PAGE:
Diesslin, Jacob assert policy positions on education, taxes during Monday's District 20B candidate forum
The two candidates, who have both served in elected office prior to running for the Minnesota Legislature, spoke to a wide range of policy issues at the Rochester Public Library Monday evening.
ROCHESTER — In an hourlong forum Monday evening, candidates for Minnesota House District 20B fielded 19 questions and made their pitch to voters on why they should be elected come Nov. 8.
During the League of Women Voters' candidate forum in the Rochester Public Library's auditorium, DFL candidate Elise Diesslin and GOP candidate Steven Jacob agreed on one topic — when asked if Social Security payments should be taxed, both said no. But for most other questions, Jacob and Diesslin voiced different political views and priorities.
"My main objective is I would like to represent and hear from all residents of my district," said Diesslin, who served on the Elgin City Council for four years and now works for the Mayo Clinic. "I would like to work across the aisle and be able to work not just within my own party but outside of my party."
"Once I'm elected to the Minnesota House, citizens of District 20B will have a proven conservative government watchdog in St. Paul," said Jacob, who currently serves on the Winona County Board of Commissioners. "I'm very proud of my work, and my goal is to downsize government and protect your rights."
A significant moment of tension between the candidates came more than halfway through the debate on the question, "What should the legislature's role be, if any, in determining school curriculum?" Diesslin answered first, emphasizing her experience as the child of two K-12 teachers.
"I think public schools should be held to a certain standard, especially since they're public schools, but it shouldn't necessarily just be based on what the party in power thinks should happen," she said.
Jacob answered the question by referencing a sex education pamphlet that he said was recently given to ninth-grade students at a Winona County school. He did not name the specific school or the title of the pamphlet.
"So how these types of agendas are filtering into our public schools — that's a real problem," he said. "The constituents that I've talked to and the general public, they've made it clear that they want a choice of where their money is going to."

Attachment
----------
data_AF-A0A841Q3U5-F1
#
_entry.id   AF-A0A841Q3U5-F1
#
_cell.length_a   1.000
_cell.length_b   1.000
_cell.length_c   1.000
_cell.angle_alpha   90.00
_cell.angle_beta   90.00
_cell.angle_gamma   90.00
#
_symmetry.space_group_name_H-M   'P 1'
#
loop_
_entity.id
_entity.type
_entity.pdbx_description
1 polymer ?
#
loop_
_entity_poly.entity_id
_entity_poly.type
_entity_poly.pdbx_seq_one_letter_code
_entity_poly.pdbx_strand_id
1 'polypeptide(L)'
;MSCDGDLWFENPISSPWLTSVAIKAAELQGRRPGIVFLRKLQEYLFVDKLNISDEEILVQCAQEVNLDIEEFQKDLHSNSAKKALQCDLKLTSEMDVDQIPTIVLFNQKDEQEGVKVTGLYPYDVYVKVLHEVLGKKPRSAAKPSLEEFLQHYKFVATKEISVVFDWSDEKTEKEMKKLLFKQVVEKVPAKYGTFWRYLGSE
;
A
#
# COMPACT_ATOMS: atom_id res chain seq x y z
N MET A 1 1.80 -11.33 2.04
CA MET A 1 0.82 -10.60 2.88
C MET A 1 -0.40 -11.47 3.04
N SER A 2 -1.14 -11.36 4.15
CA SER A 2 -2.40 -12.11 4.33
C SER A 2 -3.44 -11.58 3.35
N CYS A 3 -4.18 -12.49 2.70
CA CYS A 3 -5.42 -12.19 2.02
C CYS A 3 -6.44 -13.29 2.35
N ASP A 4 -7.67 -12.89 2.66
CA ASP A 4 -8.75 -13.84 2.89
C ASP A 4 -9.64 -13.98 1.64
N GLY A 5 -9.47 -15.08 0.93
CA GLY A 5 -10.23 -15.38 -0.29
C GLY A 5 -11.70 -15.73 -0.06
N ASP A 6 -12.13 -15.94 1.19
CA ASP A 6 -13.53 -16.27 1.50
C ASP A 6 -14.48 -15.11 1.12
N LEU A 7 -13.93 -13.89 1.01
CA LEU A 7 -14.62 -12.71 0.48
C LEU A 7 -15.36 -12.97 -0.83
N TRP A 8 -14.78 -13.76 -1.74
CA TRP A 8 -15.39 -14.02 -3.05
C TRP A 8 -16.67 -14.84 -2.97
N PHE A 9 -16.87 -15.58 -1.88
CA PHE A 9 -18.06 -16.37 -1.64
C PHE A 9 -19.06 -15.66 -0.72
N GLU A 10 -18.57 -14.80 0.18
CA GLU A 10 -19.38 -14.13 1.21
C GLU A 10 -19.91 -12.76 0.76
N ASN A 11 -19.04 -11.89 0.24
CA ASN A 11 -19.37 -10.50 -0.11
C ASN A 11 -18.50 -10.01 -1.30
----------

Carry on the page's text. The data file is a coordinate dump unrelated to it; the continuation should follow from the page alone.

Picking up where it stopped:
Diesslin rebutted Jacob's response: "I know what you're talking about, and this is a pamphlet about comprehensive sex education. ... I think that's more than fair if you have comprehensive sex education, and it helps in all areas of life."
Jacob then rebutted Diesslin, saying as a county commissioner he voted to defund the organization that introduced the pamphlet and said the information provided on sexual orientation "wasn't appropriate for anyone."
Diesslin and Jacob answered a wide range of questions Monday evening:
- When asked how to spend Minnesota's budget surplus, Jacob called for refunding the money to taxpayers and eliminating estate and Social Security taxes. "I see that as an overcollection, and it needs to go back to the people who paid it." Diesslin said the Legislature should look at aiding education and health care, two industries hit hard by COVID burnout and workforce shortages: "We need to give them relief for their years of service that they've done through this pandemic alone, and I think that we could redistribute funds that way."
- On how the state can attract and retain teachers, Diesslin named fair compensation for educators and hiring extra staff to reduce class sizes as priorities. Jacob said he supports state funding for education to follow students whether they attend public, private, charter or home school.
- When asked about legislative proposals to combat climate change, Diesslin said she supports updating the power grid in order to expand electric vehicle infrastructure in rural communities. Jacob doubted the notion of human-caused climate change and said, as a farmer, "I don't need a litany of government regulations to do the right thing."
- On unions and right-to-work laws, Jacob called unions "one of the single biggest frustrations that have been dragging up taxes" during his time as a county commissioner, but he said he is willing to listen to both sides of the issue. Diesslin, who holds some endorsements from unions, said "unions are a huge backbone to our workforce in America, and we need to continue to support them."
The candidates are running to represent the newly redistricted area that wraps around Rochester to the north and east that includes the cities of Plainview, Elgin, Pine Island, Zumbrota, Eyota, St. Charles and Marion. Most of the new District 20B is currently represented by Rep. Steve Drazkowski, who is running for a Minnesota Senate seat .